Kylie: The name ‘Friends Of Alice Ivy’ is completely made-up. I love the name ‘Alice’ and I saw it once written with ivy entwined between the lettering… it made think of the name ‘Alice Ivy’ and I simply and quite unconsciously added the ‘Friends Of’. The name does link with the music beautifully, I think the imaginary ‘Alice Ivy’ is as whimsical, mysterious and other-worldly as the music that accompanies it.
Q: Referring to the music and the ‘soundʼ properly speaking, youʼre clearly experimenting with multiple influences creating a very own style. Tell us a bit more about these influences and potential sources of inspiration?
Kylie: It’s very strange, I don’t think our influences are particularly present or explicit in our sound. A lot of writers and reviewers etc compare us to Dead Can Dance and that sort of thing; and whilst they have been hugely influential (and we love what they do) we have really been more influenced by weird sixties and seventies English folk music, classical music, psychedelia and a lot of post-punk stuff like early Cure and the Banshees.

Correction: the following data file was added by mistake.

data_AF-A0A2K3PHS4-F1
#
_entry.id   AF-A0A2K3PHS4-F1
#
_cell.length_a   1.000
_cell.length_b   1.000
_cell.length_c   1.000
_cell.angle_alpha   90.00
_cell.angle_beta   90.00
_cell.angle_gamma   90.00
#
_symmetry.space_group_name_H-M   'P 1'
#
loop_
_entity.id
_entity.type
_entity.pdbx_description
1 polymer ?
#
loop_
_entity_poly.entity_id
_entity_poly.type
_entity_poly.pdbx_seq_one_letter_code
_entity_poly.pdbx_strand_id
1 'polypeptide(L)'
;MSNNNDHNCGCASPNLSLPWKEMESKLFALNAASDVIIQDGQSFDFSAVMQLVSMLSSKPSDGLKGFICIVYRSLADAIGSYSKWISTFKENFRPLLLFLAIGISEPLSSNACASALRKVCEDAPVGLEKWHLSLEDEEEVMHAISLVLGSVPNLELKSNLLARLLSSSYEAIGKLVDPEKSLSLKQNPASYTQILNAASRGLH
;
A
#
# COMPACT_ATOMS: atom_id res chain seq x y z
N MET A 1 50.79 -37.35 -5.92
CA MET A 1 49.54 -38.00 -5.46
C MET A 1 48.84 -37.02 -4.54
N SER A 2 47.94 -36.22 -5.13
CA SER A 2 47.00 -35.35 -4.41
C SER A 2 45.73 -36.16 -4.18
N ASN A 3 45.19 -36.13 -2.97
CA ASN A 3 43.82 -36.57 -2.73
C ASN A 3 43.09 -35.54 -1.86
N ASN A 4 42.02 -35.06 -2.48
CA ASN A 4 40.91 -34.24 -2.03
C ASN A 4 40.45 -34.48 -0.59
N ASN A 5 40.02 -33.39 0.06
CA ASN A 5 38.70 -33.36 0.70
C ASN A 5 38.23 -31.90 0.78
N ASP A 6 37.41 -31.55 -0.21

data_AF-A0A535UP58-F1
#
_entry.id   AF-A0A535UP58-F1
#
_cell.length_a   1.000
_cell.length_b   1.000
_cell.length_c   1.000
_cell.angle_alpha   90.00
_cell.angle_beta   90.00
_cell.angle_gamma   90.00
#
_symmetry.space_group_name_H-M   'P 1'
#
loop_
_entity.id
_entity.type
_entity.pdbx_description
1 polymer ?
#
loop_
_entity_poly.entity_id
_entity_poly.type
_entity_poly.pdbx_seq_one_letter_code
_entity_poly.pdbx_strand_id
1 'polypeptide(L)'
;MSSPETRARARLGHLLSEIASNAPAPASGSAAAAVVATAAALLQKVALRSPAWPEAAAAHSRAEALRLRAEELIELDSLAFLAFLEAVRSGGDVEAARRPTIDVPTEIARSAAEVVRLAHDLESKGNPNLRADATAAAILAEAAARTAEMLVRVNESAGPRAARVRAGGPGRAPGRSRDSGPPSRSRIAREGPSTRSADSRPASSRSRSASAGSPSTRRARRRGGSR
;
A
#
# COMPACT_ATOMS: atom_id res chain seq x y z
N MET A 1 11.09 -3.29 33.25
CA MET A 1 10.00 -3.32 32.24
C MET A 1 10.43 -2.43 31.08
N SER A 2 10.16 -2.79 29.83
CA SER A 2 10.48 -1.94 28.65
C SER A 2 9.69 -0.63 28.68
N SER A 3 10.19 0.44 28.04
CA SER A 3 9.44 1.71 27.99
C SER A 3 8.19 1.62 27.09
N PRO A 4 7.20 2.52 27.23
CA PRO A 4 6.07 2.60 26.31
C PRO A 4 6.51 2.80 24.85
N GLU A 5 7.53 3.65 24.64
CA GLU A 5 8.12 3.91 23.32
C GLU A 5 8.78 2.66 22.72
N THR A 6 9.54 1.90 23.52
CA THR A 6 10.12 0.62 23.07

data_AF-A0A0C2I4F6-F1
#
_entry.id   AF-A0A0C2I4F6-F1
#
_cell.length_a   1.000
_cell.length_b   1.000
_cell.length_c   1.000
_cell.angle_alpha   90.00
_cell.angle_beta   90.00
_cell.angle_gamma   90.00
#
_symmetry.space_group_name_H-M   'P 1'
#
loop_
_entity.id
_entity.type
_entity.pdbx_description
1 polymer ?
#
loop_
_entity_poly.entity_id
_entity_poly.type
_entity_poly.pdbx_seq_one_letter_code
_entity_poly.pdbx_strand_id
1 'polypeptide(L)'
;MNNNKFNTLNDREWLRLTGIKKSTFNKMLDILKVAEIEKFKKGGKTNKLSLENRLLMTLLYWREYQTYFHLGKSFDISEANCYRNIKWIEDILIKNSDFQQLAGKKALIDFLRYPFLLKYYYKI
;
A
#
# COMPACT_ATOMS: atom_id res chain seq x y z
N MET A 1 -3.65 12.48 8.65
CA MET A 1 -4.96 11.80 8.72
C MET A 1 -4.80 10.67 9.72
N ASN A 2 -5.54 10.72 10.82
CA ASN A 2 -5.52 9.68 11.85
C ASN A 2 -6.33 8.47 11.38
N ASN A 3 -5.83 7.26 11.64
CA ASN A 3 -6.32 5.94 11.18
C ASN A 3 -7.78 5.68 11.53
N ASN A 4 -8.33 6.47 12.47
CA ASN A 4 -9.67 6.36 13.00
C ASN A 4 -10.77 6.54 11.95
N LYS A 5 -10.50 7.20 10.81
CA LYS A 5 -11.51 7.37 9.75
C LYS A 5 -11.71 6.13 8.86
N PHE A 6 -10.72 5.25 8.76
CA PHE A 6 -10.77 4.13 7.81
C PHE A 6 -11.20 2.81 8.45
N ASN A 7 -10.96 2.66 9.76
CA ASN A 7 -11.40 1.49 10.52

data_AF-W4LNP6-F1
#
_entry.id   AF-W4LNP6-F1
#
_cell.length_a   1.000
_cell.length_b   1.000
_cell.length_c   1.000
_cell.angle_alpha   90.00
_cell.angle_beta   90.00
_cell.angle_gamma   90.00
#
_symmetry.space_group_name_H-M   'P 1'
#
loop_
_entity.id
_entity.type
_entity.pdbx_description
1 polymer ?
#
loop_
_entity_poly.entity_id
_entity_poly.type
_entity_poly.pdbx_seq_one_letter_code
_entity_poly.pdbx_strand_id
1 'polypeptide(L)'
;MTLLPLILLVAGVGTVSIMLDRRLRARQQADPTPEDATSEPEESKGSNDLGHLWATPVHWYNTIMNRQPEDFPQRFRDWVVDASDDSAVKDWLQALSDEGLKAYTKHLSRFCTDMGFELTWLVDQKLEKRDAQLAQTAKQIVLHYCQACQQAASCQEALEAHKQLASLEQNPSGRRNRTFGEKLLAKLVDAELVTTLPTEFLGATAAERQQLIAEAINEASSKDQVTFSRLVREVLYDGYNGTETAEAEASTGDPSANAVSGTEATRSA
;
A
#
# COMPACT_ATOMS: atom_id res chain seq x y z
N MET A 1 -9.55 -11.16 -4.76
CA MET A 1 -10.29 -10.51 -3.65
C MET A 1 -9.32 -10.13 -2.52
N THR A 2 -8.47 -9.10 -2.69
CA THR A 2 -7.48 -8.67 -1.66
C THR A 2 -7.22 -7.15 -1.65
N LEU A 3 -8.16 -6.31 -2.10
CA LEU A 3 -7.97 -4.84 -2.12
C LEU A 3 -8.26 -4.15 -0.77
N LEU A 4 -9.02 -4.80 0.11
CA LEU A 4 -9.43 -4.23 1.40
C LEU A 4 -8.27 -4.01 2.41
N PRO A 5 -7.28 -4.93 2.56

Q: When listening to your music I get the impression to hear artists who really care about ‘artistic creationʼ and whoʼre in search of a very own sound identity, kind of sound DNA! What does music mean to you and whatʼs your perception about ‘creationʼ?